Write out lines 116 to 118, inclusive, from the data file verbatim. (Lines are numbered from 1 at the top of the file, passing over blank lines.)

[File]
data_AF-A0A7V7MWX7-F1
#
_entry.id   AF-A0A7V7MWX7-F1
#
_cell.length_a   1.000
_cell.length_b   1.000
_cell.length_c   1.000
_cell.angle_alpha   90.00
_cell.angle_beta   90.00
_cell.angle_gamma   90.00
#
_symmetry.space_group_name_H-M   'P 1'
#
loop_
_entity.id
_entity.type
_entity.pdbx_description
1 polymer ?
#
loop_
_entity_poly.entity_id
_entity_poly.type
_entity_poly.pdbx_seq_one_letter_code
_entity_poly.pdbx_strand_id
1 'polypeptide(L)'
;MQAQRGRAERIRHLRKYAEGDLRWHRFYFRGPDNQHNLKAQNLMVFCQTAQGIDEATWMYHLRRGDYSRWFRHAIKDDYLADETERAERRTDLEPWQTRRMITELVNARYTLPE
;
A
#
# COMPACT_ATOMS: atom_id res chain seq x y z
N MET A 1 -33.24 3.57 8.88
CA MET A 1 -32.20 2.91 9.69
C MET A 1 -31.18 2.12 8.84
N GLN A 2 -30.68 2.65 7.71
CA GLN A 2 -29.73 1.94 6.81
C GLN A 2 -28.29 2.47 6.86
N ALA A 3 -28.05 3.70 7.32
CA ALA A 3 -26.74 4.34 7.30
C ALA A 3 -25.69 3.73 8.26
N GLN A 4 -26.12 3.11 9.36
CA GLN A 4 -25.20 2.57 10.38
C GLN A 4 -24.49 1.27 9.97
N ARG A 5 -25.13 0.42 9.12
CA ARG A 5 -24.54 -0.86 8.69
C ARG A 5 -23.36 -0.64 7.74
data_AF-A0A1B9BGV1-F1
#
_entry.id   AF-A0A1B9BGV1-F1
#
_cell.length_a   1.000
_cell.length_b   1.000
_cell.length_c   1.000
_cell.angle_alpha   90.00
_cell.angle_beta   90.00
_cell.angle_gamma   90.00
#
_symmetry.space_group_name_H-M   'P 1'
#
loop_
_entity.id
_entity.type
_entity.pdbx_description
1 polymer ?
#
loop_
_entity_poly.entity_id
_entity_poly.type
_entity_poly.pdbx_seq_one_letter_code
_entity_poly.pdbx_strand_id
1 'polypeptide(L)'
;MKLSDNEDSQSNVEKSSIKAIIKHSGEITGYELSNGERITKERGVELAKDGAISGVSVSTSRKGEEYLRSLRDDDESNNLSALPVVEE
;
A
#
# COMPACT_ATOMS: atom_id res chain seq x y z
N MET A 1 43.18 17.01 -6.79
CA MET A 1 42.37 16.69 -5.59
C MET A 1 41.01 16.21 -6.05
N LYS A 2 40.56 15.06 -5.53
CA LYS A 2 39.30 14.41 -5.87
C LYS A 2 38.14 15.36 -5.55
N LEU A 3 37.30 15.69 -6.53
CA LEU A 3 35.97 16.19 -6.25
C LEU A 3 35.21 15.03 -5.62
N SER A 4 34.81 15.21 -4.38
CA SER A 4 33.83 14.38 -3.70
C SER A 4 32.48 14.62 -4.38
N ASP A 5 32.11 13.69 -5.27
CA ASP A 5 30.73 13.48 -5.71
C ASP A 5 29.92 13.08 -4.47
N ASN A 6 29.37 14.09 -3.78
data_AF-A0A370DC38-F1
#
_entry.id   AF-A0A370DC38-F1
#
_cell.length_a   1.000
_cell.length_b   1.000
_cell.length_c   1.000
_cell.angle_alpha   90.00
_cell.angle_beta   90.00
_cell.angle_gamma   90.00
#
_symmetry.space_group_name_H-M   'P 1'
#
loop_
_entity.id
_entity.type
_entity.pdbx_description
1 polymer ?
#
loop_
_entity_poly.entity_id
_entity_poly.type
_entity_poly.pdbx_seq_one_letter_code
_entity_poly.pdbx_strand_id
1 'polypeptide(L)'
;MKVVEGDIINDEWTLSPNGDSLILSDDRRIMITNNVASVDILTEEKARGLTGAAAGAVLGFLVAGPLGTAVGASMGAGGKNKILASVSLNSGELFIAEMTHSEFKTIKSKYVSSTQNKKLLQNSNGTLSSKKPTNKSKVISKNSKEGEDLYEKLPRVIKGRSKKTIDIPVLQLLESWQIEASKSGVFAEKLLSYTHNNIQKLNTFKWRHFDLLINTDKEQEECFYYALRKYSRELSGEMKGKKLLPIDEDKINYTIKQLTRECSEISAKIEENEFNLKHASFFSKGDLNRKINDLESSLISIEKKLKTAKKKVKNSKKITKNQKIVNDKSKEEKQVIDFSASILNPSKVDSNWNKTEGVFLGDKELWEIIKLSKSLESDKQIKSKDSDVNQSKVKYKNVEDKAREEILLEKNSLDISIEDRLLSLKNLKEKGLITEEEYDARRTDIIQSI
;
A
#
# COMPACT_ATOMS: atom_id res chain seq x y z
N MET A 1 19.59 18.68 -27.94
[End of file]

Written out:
1 'polypeptide(L)'
;MKVVEGDIINDEWTLSPNGDSLILSDDRRIMITNNVASVDILTEEKARGLTGAAAGAVLGFLVAGPLGTAVGASMGAGGKNKILASVSLNSGELFIAEMTHSEFKTIKSKYVSSTQNKKLLQNSNGTLSSKKPTNKSKVISKNSKEGEDLYEKLPRVIKGRSKKTIDIPVLQLLESWQIEASKSGVFAEKLLSYTHNNIQKLNTFKWRHFDLLINTDKEQEECFYYALRKYSRELSGEMKGKKLLPIDEDKINYTIKQLTRECSEISAKIEENEFNLKHASFFSKGDLNRKINDLESSLISIEKKLKTAKKKVKNSKKITKNQKIVNDKSKEEKQVIDFSASILNPSKVDSNWNKTEGVFLGDKELWEIIKLSKSLESDKQIKSKDSDVNQSKVKYKNVEDKAREEILLEKNSLDISIEDRLLSLKNLKEKGLITEEEYDARRTDIIQSI
;